Some of these difficulties will be discussed later. Other attempts to appraise psychological disorders, however, can be mentioned briefly at this point. Individuals with psychodynamic or interpersonal orientations have been more concerned with ideographic means of personality appraisal or diagnosis. Traditional psychiatric categories of diagnosis were viewed as too broad and of relatively little help in understanding the individual’s problems and in planning a program of treatment. The focus was on appraising the personality dynamics of the individual client with an emphasis on unconscious conflicts and defenses rather than on the diagnostic label that might be attached to the client. However, relatively less emphasis recently on psychoanalytic theory and increased emphasis on biological factors in psychiatry may also have played a role in the recent changes. Various other schemes have been developed, but they have not received wide clinical usage. For example, attempts to apply factor analysis to the results of psychological tests and rating scales have been made to identify more refined and reliable categories of psychopathology. The Inpatient Multidimensional Psychiatric Scale (Lorr, Klett, McNair, & Lasky, 1966) is one illustration of such an approach. Twelve specific syndromes were identified by factor analysis that reflected specific patterns of disturbance such as Excitement, Paranoid Projection, Perceptual Distortion, and Motor Disturbance. Although this scale was used in the past in research on chemotherapy, it has not been used much for regular clinical diagnosis. Nevertheless, such measures allow for dimensional studies of psychopathology that could provide more information than a categorical system like that used in psychiatric diagnosis. Similarly, related statistical approaches such as cluster analysis have also been used to classify or designate types of psychopathology. However, much of this research has been criticized as mainly descriptive in approach. ‘‘Too often, a clustering algorithm has been applied to a convenient data set as an end in itself. Few attempts have been made to determine whether the derived types have prognostic value with respect to treatment outcome or to integrate the types with previous research’’ (Skinner, 1986). Lorr (1986) also reports in a review that cluster analytic studies do not consistently offer support for the existing psychiatric diagnostic categories. Reference can also be made to the activities of clinical psychologists in diagnosis. Because of the primacy of psychiatry in diagnosing and treating psychopathology and disordered behavior, clinical psychologists who worked in medical installations, tended to follow the conventional diagnostic nosology. Most clinical staff conferences tended to center around discussions of the ‘‘correct’’ diagnosis. In some settings, the clinical director made the official diagnosis (diagnosis by authority). In other settings, the final diagnosis was reached by majority vote (diagnosis by democratic methods). I have no research data to report on which procedure was more efficacious. However, with the expansion of the field in the post-World War II era and with the creation of nonmedically dominated clinical centers, dissatisfaction with psychiatric diagnosis on the part of a number of psychologists was apparent. Many psychologists preferred to use the term, assessment, rather than diagnosis, and to focus on the problems, strengths, and deficiencies of the client or patient, rather than on bestowing a diagnostic label. This is a broader concept than the more traditional psychiatric diagnostic concept and is not tied to a disease model. Thus, the terms diagnostic appraisal or assessment tended to be favored over the term, diagnosis. In a survey reported a few years after the publication of DSM-III, only a small number of psychologists reported a preference for using DSM-III over other methods of diagnosis.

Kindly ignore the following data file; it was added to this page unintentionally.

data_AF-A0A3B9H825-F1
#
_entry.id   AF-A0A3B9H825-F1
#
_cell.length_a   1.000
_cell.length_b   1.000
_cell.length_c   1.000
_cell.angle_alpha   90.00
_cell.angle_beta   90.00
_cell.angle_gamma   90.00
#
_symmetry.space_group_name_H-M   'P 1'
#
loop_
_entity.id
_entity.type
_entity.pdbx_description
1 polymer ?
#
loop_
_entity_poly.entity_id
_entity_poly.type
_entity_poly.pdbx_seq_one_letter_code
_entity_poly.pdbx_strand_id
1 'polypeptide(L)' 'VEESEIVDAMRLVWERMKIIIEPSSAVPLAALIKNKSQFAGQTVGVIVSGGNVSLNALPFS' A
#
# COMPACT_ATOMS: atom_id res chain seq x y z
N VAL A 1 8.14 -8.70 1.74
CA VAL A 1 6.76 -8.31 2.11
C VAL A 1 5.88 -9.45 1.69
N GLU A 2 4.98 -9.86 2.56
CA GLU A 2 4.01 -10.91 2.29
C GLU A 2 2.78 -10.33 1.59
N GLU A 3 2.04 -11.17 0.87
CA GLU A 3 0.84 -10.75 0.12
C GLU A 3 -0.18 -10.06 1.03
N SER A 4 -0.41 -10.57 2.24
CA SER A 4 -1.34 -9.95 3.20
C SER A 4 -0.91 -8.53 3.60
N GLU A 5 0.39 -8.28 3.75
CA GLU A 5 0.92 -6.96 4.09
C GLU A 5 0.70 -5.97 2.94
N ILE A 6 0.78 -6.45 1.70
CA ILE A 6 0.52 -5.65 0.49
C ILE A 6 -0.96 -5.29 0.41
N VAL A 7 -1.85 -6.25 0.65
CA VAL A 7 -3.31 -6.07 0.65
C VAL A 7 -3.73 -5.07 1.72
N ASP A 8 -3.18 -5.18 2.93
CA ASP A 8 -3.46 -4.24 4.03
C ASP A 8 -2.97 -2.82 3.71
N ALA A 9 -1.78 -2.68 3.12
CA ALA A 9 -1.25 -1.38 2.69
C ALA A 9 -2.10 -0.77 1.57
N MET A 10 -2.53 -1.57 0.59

However, in recent years, with third party payments usually tied to formal psychiatric diagnoses, there has been much less criticism from practicing clinical psychologists. There has also been a noticeable increase in the forms of psychotherapy developed for specific psychiatric diagnostic groups, and psychologists have played a leading role in this development.

Thus, as noted, the term, diagnosis, may be used in somewhat different ways and with somewhat different meanings even though it has been traditionally associated with medicine and conceptions of disease. In the past, psychologists have favored a broader conception of assessment in which both the strengths and weaknesses of the individual evaluated were emphasized and less emphasis was placed on psychiatric diagnosis. However, relative improvements in recent diagnostic manuals and the importance of diagnosis for third-party payers has changed the situation for at least a number of clinical psychologists.